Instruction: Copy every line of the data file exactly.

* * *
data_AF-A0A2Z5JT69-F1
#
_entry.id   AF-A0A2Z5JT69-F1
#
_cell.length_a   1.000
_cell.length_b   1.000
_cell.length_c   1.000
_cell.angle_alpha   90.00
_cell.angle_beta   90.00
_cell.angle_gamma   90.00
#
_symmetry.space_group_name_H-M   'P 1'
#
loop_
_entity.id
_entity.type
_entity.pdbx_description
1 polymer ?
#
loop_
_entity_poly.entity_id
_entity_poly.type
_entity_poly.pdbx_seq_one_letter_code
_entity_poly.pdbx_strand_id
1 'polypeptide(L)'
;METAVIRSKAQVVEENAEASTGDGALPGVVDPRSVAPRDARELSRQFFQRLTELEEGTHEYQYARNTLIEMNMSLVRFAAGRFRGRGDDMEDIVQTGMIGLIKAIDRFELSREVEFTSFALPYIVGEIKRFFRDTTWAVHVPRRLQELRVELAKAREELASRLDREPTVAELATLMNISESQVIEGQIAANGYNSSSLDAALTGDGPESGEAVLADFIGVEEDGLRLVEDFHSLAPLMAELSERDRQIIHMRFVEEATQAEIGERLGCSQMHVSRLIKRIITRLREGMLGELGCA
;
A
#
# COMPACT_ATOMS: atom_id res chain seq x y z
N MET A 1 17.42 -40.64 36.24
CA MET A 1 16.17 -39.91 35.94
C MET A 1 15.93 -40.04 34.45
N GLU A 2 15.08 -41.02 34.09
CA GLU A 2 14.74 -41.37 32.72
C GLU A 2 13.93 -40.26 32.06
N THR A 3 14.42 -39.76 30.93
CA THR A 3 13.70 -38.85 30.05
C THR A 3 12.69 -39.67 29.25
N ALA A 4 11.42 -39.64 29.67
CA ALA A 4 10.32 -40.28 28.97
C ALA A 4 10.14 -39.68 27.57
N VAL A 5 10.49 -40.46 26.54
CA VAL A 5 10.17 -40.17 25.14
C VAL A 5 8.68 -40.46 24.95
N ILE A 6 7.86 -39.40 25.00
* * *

data_AF-A0A2Z5JT69-F1
#
_entry.id   AF-A0A2Z5JT69-F1
#
_cell.length_a   1.000
_cell.length_b   1.000
_cell.length_c   1.000
_cell.angle_alpha   90.00
_cell.angle_beta   90.00
_cell.angle_gamma   90.00
#
_symmetry.space_group_name_H-M   'P 1'
#
loop_
_entity.id
_entity.type
_entity.pdbx_description
1 polymer ?
#
loop_
_entity_poly.entity_id
_entity_poly.type
_entity_poly.pdbx_seq_one_letter_code
_entity_poly.pdbx_strand_id
1 'polypeptide(L)'
;METAVIRSKAQVVEENAEASTGDGALPGVVDPRSVAPRDARELSRQFFQRLTELEEGTHEYQYARNTLIEMNMSLVRFAAGRFRGRGDDMEDIVQTGMIGLIKAIDRFELSREVEFTSFALPYIVGEIKRFFRDTTWAVHVPRRLQELRVELAKAREELASRLDREPTVAELATLMNISESQVIEGQIAANGYNSSSLDAALTGDGPESGEAVLADFIGVEEDGLRLVEDFHSLAPLMAELSERDRQIIHMRFVEEATQAEIGERLGCSQMHVSRLIKRIITRLREGMLGELGCA
;
A
#
# COMPACT_ATOMS: atom_id res chain seq x y z
N MET A 1 17.42 -40.64 36.24
CA MET A 1 16.17 -39.91 35.94
C MET A 1 15.93 -40.04 34.45
N GLU A 2 15.08 -41.02 34.09
CA GLU A 2 14.74 -41.37 32.72
C GLU A 2 13.93 -40.26 32.06
N THR A 3 14.42 -39.76 30.93
CA THR A 3 13.70 -38.85 30.05
C THR A 3 12.69 -39.67 29.25
N ALA A 4 11.42 -39.64 29.67
CA ALA A 4 10.32 -40.28 28.97
C ALA A 4 10.14 -39.68 27.57
N VAL A 5 10.49 -40.46 26.54
CA VAL A 5 10.17 -40.17 25.14
C VAL A 5 8.68 -40.46 24.95
N ILE A 6 7.86 -39.40 25.00